The next MTT i play in i'm going to make an effort to play loose but smart and also just relax a bit more.

I don't use re-buys or add-ons myself, if i start thinking that i can buy back in if i lose all my chips my game will go right out the window. The MTT i played in today was a re-buy tourney, this one guy at my table must have bought back in around 8/9 times at $3 a pop. This tourney had 60 paid places and he'd have to finish in the top 25/30 just to make his money back. Surely playing in a higher stakes SnG would be more worthwhile.

Thanks again for the advice.


Through my stint of MTT's Ive learned that you should stay tight through the first 4-5 levels, only playing the premium hands and being aggressive. Even if you win just the blinds thats more chips you have cause MTT's are all about survival and the chips are your survival tools. after the first 5 levels you loosen up to hands like AQ and high suited connectors and all pocket pairs. pocket sixes to deuces in the early levels are pretty dangerous to call the raises that are made in the first 4 levels. I try to limp with these pairs and hope for a set if not I fold.


Nice thread, Millarski

It seems from your original post that you have the basics of MTT play right and you just need to make a slight change in the way you change gears and play a slightly different game as the tournament moves forward. A mistake a lot of players make is trying to play the same way throughout the entire MTT, waiting for the big hands to hit you and playing them aggresively. Now, this isnt necessarily a bad strategy. Playing those strong hands aggressively is a very good trate in MTT play and will more often than not take you to the later stages of tournaments, unless you run into a bad beat or you simply run into a better hand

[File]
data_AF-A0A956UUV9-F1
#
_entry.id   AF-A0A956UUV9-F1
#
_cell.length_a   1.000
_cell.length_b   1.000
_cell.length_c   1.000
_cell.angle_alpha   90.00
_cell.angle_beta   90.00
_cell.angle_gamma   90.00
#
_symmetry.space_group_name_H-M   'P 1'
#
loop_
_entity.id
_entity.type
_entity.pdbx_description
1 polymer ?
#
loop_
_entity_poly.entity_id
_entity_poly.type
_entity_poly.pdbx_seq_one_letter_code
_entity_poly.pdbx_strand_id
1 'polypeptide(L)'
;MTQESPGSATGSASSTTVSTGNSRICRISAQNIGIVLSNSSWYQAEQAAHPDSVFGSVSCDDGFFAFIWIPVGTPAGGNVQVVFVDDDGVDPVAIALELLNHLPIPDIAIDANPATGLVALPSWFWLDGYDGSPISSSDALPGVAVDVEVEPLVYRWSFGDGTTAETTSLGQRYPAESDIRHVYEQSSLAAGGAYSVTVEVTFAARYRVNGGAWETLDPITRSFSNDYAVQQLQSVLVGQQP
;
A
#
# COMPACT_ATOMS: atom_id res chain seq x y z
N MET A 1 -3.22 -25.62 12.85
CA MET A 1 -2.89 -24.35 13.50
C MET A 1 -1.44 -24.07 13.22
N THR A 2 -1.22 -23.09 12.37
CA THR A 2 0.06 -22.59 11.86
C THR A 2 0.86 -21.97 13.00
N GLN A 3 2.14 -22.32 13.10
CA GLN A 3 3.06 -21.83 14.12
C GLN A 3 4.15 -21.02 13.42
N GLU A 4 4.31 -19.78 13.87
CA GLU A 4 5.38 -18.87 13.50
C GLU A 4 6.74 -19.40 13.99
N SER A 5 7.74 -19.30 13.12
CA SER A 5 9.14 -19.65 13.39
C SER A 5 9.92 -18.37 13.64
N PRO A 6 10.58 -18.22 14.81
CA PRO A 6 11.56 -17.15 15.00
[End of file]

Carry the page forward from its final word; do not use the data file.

If you are able to build up 4/5 your starting stack within the first couple of hours, then I suggest you continue with your current strategy, as having a stack this size should give you the ability to see some more flops and bully the table you are at

Having a nice stack can also, at times, be a downfall, as you feel you can sit and wait for those big AA's and KK's to take players out, but in reality you are only gonna hit one of these once every 240 hands, so you gonna be paying plenty of blinds!

My advice would be to use your position wisely, and if you feel you have the best hand, however marginal it may be, get your chips in

My top 5 tips for any MTT player looking to improve (they have certainly helped my games)

1. Be aggressive with your strong hands
2. Dont call bets out of position/dont be afraid to call bets with position
3. Remember, if you ate gonna be calling bets in the Small blind for pots odds, you will be the 1st to act after the flop
4. Only make plays in early position when you have a strong hand, if not fold

I know nearly all of us know these simple rules but I always remind myself of them as they can seriously move your game up 1 or 2 levels if you stick to them

Oh, and welcome to the forum, Millarski and good luck